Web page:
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Planning permission

Planning permission2017-09-15T09:27:32+00:00

Do I need planning permission for a log cabin in my garden?

The Town and Country Planning rules for ‘permitted development’ changed from 1st October 2008.

Of particular interest is the new section E covering ‘development within the curtilage of a dwelling house’. This section is relevant to most garden buildings and garages in your garden.

On the positive side, the rules are more relaxed regarding the siting of the garden building close to your house. Whereas previously it was necessary to ensure a 5 metre separation distance, this requirement will no longer exist.

It also appears that development within gardens of properties in ‘conservation areas’ and ‘areas of outstanding natural beauty’ may be permitted, if sited within 20 metres of the house and subject to the other usual requirements.

However, there are some difficulties to contend with;

  • The maximum height of the ‘eaves’ of the building will be limited to 2500 mm
  • The height of the building must not exceed 2500 mm within 2 metres of a boundary.
  • ALL buildings with a veranda, balcony or raised platform will need permission.

These notes are simply our observations and should not be considered an official view.

We understand that work started prior to 1st October 2008 will be accepted under the existing rules.

It follows therefore that if you have been contemplating your log cabin and position in the garden, it might be prudent to check the new rules and if necessary contact your local planning office for guidance.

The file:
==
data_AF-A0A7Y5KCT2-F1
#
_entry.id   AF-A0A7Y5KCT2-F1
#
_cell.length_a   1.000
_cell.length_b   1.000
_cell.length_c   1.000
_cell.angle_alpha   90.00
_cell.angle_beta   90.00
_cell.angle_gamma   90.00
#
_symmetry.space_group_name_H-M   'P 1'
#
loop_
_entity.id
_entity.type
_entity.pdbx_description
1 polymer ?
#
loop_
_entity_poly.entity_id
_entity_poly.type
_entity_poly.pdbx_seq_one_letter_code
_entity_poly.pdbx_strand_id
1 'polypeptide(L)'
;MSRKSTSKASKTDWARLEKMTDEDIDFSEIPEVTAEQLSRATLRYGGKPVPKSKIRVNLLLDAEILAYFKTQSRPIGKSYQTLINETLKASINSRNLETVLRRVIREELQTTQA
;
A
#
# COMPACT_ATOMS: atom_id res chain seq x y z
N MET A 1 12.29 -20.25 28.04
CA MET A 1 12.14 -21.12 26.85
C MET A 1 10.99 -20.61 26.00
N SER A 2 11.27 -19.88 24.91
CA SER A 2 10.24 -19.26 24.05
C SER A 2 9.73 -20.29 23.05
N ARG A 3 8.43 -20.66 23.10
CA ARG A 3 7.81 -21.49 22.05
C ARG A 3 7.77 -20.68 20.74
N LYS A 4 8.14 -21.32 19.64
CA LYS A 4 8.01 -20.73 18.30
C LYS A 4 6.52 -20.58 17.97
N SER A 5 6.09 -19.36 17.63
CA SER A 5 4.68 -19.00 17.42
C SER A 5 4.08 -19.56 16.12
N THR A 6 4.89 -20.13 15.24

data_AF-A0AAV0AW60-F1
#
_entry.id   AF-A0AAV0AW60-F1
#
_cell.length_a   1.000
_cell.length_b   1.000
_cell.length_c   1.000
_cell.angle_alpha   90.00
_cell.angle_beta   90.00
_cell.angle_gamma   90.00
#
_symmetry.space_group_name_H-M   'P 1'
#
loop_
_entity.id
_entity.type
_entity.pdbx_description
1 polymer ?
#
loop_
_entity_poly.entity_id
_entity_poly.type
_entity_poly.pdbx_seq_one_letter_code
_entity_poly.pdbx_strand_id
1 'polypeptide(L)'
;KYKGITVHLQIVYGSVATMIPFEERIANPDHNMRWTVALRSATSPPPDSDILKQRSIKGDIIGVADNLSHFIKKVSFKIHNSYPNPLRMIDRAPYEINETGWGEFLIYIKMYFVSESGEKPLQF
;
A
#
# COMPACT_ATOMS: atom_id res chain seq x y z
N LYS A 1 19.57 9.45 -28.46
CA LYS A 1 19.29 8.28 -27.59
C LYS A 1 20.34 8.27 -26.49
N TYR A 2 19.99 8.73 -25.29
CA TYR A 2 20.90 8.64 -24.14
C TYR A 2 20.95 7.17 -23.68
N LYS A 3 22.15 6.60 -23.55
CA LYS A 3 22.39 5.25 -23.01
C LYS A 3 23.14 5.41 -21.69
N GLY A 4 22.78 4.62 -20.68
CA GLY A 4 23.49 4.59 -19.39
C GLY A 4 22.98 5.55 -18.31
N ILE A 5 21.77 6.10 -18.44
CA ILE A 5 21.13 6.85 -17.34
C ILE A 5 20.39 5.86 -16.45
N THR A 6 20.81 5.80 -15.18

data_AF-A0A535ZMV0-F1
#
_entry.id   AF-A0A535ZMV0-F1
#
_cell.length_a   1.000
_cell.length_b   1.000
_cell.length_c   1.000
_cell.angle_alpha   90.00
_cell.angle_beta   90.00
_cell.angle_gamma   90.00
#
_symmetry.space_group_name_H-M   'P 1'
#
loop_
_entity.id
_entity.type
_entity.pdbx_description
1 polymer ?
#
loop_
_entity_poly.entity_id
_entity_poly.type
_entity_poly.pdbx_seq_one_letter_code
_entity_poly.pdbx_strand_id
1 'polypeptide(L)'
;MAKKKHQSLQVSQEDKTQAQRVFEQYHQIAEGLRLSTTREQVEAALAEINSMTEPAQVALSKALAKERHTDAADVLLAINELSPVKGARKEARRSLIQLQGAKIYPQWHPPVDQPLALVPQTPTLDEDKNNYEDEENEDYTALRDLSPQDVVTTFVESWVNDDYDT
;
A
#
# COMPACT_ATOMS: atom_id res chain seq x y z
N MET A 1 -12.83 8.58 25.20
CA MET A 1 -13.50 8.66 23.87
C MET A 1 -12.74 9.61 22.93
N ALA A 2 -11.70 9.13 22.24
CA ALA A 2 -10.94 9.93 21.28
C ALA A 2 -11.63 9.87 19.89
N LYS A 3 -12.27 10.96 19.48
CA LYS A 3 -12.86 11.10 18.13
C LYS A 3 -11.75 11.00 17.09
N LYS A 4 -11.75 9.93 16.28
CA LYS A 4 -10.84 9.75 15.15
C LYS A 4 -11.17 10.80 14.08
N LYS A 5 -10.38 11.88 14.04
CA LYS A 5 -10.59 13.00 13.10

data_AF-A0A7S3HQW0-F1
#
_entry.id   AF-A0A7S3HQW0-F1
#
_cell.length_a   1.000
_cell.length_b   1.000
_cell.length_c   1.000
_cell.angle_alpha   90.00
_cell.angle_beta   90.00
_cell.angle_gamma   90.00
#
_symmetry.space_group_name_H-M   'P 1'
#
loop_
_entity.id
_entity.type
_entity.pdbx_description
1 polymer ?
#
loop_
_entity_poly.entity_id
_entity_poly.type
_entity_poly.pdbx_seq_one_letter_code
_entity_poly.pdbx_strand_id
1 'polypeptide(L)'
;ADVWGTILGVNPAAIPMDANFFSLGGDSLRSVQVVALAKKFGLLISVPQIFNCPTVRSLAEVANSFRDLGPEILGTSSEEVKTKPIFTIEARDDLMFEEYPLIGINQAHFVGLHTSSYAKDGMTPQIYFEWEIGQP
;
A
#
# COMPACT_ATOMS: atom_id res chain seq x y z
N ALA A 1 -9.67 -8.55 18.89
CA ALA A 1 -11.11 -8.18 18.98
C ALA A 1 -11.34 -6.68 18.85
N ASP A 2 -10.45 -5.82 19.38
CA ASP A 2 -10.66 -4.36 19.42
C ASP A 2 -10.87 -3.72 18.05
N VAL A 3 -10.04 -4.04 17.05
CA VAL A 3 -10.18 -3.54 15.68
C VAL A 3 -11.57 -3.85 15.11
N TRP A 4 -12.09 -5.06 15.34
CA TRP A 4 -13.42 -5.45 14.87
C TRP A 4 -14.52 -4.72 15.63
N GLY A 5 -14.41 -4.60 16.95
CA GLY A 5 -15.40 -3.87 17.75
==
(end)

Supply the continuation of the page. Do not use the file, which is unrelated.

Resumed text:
On the other hand, if you are not ready to push the button, we should remind you that a significant advantage of Keops Interlock log cabins is that they are tailor made and we have the ability to design the log cabin to comply with the new rules, in most situations.

Planning quick guide

Do you need planning permission for your log cabin?

Take a look at out interactive guide to find out
Planning quick guide

The Government Planning Portal

For further reading please follow the link to the Government Planning Portal and check the section on outbuildings.

Disclaimer: This is an introductory guide and is not a definitive source of legal information. If you have any doubt you should contact your local planning authority before undertaking any work.

It is recommended that you obtain a copy of an official guidance document titled
‘Planning- A guide to householders’ published by ODPM (Office of the Deputy Prime Minister). You can obtain this from your local planning office or a download is possible.

Section B of that document relates to garden structures.

In general terms you are exempt from needing planning permission for your log cabin if you can satisfy the following criteria:-

  • It is to be sited in the garden of a detached or semi detached property.
  • The property is not in designated area such as an area of outstanding natural beauty, National Park or similar category.
  • The property is not a listed building.
  • The outbuilding is not forward of the principle elevation of the house.
  • The cabin will not be above 4m in height.
  • Total area covered by buildings will not exceed half of the garden.
  • The cabin is not to be used commercially (home office is usually acceptable if it does not detract from the main use of the property).
  • The cabin is not to be used as a dwelling.
  • There are no other covenants that prevent you from exercising your permitted developments rights.

Garden structures may include swimming pools, animal shelters, tennis courts and so on. The size of the garden structure does not appear to be relevant to planning exemption but it does have an influence on whether or not building regulations approval is necessary and/or the cabins position relative to boundaries. Please see our section on Building Regulations

Before you read any further….some important notes.
The permitted development rules shown apply to houses. Flats, maisonettes or other buildings are not included. You should also check with your Local Planning Authority if permitted development rights apply as they may have been removed.

Permitted development rights may also have been restricted if your house is listed or in a designated area. Again check with your Local Planning Authority in these circumstances.

This guide relates to planning for England only. The policy in Wales or elsewhere may be different.

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